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Published On: June 19, 2014 | Blog | 0 comments

Proving the cause of damp

The Claimant brought a claim for specific performance and damages for breach of the local authority landlord’s repairing obligations. The Claimant lived in a 2 bedroom ground floor flat with her three children.

The premises had suffered from damp and condensation due to a combination of factors including historic penetrating dampness from the external wall into the internal bathroom wall causing damp plaster, hydroscopic dampness to the bathroom walls which was exacerbated by general bathing, water spillage, condensation, construction methods and lack of thermal qualities.

Over the years the council had made various attempts to remedy the mould growth including installing UVPC window reveals and installing dry lining. However, the mould growth always returned. The Claimant applied for a transfer with view to moving to damp free accommodation. The Defendant agreed to place the Claimant in the highest priority band within their choice based lettings scheme.

Whilst it was not in dispute that the premises were in a serious state of disrepair, it was very difficult to distinguish the damp from the condensation and identify the extent to which one was exacerbating the other. It was unlikely that the Defendant would be found liable for all of the dampness. At trial the Claimant conceded that the majority of the damp caused in the premises was due to condensation. The defects that the council were responsible for were limited to the damp plaster mainly in the bathroom and also damp to the external wall of the front elevation. The Defendant maintained that they were not responsible for ANY of the dampness at the premises.

Calcium carbide testing had been carried out to the core of the bathroom wall. The results were that the external wall was damp, the corresponding internal plaster was damp, but the core of the wall in between was dry. The Defendant argued that the tests confirmed that the damp plaster to the bathroom could not have been caused by penetrating dampness and therefore must be due to either condensation or the way in which the bathroom was being used. The Claimant was unable to identify the cause of the damp plaster in the bathroom but argued that the Defendant was still responsible for plaster defects whatever their cause because the plaster was found to be in disrepair and the plaster formed part of the structure of the premises for which the landlord was responsible for keeping in repair. The Claimant relied on the Court of Appeal authority of Grand v Gill [2011] EWCA Civ 554 for this principal.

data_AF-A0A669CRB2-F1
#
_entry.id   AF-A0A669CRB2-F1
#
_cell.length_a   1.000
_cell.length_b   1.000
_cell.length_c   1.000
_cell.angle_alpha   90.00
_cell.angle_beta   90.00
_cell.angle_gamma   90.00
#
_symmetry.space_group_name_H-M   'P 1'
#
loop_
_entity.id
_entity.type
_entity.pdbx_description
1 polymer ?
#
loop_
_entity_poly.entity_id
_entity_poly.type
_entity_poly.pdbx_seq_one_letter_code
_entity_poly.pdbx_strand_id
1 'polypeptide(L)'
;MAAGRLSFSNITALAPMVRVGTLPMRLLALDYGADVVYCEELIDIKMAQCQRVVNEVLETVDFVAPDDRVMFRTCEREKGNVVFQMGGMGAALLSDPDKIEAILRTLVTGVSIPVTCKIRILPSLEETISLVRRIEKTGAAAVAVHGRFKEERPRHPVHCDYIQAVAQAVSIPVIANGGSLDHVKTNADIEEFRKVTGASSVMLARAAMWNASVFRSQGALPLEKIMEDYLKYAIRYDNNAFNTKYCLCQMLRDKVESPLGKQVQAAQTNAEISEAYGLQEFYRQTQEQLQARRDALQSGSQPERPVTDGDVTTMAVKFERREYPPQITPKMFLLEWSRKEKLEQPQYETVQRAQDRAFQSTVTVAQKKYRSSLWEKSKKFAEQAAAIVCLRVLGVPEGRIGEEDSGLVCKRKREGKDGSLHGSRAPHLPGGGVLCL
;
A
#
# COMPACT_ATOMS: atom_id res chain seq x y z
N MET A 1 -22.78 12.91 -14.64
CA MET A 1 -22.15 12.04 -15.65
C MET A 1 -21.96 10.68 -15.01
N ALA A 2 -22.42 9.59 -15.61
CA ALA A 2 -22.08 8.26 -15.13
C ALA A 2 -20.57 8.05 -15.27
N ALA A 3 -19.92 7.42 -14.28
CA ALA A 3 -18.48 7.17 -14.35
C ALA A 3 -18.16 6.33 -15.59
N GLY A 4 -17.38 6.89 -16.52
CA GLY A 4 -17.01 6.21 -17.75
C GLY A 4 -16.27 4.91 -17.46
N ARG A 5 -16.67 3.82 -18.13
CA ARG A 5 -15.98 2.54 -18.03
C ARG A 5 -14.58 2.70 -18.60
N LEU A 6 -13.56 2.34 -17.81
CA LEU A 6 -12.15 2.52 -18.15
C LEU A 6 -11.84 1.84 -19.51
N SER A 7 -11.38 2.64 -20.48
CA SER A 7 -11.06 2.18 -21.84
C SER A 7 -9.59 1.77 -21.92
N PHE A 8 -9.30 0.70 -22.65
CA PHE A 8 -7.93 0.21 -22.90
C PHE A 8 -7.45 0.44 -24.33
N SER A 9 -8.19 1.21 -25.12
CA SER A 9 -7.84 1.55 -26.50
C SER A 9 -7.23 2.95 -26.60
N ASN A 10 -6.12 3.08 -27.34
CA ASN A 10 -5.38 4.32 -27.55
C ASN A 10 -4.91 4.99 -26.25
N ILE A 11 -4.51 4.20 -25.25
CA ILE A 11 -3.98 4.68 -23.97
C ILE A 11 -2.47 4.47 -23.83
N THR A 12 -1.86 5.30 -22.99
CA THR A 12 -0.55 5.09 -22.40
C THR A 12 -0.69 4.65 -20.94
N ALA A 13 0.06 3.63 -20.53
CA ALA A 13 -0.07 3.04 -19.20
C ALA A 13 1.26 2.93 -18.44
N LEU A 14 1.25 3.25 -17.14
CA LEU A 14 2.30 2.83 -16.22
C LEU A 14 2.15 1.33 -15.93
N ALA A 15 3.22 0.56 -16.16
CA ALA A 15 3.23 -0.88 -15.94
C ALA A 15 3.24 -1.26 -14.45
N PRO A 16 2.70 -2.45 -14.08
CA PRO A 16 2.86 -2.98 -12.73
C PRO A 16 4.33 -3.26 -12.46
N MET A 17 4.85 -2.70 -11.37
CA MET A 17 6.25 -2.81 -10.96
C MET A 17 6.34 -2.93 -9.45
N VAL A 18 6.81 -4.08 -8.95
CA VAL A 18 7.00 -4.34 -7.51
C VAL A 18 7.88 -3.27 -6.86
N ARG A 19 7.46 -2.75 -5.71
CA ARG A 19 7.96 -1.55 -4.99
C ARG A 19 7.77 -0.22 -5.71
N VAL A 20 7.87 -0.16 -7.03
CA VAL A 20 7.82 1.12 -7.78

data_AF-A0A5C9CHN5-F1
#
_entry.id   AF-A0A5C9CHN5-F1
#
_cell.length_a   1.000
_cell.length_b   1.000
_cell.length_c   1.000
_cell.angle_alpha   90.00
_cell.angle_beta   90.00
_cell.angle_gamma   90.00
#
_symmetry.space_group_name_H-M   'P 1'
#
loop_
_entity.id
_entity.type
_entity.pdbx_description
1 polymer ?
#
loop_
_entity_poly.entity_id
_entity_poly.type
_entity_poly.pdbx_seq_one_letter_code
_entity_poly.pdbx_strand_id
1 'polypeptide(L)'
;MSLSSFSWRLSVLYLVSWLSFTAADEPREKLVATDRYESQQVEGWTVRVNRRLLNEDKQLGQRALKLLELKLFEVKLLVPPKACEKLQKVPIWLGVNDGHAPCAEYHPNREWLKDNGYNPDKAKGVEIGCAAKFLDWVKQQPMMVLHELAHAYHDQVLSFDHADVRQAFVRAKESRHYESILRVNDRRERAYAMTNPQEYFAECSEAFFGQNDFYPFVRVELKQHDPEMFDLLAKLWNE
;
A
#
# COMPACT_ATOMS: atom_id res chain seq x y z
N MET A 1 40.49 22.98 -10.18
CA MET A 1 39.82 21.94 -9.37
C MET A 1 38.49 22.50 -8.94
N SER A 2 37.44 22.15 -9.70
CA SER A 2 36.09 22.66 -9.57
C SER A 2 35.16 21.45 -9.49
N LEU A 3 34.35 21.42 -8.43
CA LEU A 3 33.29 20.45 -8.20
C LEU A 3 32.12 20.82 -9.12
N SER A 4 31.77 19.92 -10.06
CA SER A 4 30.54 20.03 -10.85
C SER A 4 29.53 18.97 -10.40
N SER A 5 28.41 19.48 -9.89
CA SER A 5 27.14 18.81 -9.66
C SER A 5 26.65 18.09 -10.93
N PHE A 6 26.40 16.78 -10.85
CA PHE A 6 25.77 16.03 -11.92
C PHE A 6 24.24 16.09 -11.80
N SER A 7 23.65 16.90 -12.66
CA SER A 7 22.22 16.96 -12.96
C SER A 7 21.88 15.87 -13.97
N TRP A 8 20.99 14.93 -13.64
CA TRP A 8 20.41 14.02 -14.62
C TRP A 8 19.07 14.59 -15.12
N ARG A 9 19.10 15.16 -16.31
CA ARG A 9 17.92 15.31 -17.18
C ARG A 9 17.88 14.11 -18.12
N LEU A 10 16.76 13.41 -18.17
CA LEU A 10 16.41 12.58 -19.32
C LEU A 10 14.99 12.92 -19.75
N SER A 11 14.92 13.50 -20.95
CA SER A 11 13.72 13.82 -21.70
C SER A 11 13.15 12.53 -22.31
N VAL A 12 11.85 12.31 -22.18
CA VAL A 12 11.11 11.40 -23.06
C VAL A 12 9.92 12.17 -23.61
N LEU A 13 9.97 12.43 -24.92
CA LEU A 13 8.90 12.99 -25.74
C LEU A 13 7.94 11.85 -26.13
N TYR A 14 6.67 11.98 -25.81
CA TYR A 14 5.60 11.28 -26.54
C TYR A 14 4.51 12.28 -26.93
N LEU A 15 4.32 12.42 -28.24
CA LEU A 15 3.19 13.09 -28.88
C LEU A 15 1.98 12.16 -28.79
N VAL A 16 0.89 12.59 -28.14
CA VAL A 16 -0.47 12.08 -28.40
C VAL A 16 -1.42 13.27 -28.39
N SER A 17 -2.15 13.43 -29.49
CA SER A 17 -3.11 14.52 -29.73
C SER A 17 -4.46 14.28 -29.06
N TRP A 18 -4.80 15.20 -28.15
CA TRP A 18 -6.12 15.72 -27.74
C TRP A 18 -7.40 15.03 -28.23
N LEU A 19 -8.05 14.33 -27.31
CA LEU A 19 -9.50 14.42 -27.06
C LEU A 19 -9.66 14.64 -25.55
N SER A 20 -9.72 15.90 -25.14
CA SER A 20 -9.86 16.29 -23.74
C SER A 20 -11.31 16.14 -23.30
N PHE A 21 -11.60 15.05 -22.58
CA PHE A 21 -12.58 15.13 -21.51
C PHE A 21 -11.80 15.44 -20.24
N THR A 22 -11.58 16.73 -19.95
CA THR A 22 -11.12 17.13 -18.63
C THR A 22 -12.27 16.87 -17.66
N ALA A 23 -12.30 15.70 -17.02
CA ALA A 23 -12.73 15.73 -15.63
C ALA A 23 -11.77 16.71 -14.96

The single joint expert described the walls of the bathroom as being saturated. The Defendant argued that wet plaster was not disrepair and relied on the case of Post Office Properties v Aquarius Ltd [1987] 1 All ER 1055 CA and contended that although the plaster may be wet there is no disrepair in that it was of same standard that it would have been before. The court found that if the plaster was saturated this must mean that it is not of same standard as when built. The court accepted this argument and said that in regard to the damage to the plaster, given the moisture level and given the consistency with the expert’s explanation, even though the core of the wall was dry, the court found that there was disrepair. The judge commented that it could not be said that the level of humidity or moisture retention, whatever the cause, it has not reached a stage of being in disrepair.

An award of 20% of the rental value was made for most of the period of the claim which was reduced to 10% for the period after the council had carried out some of the works which had improved the conditions at the premises but had not eradicated the damp and mould completely.

Are you a tenant and worried about damp, mould and asthma in your house?

* Disclaimer: The information on the Anthony Gold website is for general information only and reflects the position at the date of publication. It does not constitute legal advice and should not be treated as such. It is provided without any representations or warranties, express or implied.*

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